The largest public school system in the U.S. will observe the two most important Muslim holidays starting next fall.
Under the new policy, which was hailed Wednesday by Islamic leaders in New York City, the city’s 1.1 million-pupil public school system will close Sept. 24 for Eid al-Adha and the holiday of Eid al-Fitr, which will be observed during the summer school session next year.
"Hundreds of thousands of Muslim families will no longer have to choose between honoring the most sacred days on their calendar or attending school," Mayor Bill de Blasio said in his announcement.
Muslim leaders welcomed the announcement.
"After years of advocating by New York City's Muslim community, Muslim public school students will finally and thankfully no longer be penalized for observing their religious holidays," said Zead Ramadan, a board member of the Council on American-Islamic Relations.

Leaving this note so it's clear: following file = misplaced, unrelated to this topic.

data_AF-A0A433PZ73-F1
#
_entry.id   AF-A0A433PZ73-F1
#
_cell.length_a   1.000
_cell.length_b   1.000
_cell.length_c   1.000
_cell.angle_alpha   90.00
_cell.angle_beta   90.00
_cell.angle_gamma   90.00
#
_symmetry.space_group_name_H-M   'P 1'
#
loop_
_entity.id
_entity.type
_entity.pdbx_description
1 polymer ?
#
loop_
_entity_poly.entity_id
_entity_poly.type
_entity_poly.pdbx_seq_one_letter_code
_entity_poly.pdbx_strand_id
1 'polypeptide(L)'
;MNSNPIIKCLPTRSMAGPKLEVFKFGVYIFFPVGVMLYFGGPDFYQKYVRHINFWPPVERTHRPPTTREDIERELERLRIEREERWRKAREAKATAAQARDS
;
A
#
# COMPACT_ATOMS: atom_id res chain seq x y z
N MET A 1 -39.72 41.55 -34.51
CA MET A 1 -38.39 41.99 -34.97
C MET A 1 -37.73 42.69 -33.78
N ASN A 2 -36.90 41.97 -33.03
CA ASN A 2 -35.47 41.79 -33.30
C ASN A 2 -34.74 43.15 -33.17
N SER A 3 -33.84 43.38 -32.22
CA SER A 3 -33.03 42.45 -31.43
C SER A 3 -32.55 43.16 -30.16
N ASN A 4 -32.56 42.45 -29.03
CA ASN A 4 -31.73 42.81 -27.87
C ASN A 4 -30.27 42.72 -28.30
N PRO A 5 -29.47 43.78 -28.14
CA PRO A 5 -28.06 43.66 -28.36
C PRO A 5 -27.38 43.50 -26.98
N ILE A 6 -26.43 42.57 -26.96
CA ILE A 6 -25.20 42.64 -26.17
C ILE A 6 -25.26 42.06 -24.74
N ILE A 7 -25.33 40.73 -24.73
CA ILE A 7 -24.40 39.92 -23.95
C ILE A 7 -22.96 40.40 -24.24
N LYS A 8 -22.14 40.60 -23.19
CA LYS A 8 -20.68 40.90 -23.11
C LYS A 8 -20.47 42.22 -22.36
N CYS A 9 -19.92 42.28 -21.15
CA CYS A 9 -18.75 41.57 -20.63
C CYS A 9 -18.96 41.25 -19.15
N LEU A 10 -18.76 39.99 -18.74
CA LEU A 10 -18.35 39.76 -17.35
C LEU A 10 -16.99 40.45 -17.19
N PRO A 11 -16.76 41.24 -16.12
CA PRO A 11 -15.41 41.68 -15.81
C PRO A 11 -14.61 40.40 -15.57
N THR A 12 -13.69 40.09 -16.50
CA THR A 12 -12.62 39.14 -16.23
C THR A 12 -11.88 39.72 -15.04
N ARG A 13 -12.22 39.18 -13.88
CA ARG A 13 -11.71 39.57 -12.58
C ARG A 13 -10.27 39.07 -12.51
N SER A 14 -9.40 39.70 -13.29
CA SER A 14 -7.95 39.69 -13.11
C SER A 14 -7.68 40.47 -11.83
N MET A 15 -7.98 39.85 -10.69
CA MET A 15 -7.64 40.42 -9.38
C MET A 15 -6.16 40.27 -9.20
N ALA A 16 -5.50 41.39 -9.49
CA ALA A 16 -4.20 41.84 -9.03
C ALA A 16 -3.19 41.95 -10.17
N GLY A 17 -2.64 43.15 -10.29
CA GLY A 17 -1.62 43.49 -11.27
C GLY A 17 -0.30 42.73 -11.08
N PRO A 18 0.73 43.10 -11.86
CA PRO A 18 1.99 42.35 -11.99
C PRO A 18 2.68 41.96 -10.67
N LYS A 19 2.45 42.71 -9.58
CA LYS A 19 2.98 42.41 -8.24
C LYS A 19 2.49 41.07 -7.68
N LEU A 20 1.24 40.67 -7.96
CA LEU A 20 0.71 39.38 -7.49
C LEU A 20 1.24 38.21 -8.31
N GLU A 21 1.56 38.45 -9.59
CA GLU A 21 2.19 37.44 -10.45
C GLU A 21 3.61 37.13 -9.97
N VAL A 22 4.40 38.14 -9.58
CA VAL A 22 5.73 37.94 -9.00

Community leaders have urged adding the Muslim holidays to the school calendar. The City Council passed a resolution supporting the change in 2009.
The total number of school days will go unchanged in New York.
New York City public schools have long closed for major Jewish holidays such as Rosh Hashana and Yom Kippur as well as the Christian holidays of Christmas and Good Friday.
Other public school systems that have moved recently to observe Muslim holidays include those in Waterbury, Connecticut and Frederick County, Maryland.
The Associated Press contributed to this report